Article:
figure7

Shallow (<80 km) slab dehydration results in partial serpentinization of the forearc mantle. The partially serpentinized forearc mantle is then dragged down by the subducting slab and is further fluxed by fluid/melt from the slab at depth >80 km. Dehydration and melting of the slab were triggered by the breakdown of serpentinite in the subducted lithospheric mantle. Breakdown of multiple episodes of fluid/melt fluxed serpentinite in the subduction channel at >80 km depth released its re-homogenized fluid/melt to the overlying mantle wedge and stimulated partial melting. Serpentinite being dragged down from the mantle wedge gradually decomposed in the subduction channel and is likely became totally exhausted by 200 km depth, then a breakdown of serpentinite in the slab lithosphere control the generation of slab melt at depth >200 km.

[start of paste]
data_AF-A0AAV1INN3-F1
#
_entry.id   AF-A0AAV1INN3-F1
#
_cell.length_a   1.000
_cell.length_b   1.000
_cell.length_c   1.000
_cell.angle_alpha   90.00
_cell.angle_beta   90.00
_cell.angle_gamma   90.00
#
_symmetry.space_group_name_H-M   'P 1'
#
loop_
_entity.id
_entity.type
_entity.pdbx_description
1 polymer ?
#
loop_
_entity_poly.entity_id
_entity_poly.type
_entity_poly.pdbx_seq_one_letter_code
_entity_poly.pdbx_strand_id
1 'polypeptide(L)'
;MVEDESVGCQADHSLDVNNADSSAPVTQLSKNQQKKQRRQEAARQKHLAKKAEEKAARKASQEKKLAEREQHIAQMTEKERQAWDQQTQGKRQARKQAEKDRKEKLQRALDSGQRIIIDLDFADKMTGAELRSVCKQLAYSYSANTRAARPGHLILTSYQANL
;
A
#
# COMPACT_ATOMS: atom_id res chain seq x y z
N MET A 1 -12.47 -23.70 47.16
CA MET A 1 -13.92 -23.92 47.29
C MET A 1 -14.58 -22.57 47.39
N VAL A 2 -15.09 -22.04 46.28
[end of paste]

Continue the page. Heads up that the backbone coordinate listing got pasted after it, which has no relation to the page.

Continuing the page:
Methods

Sample selection and preparation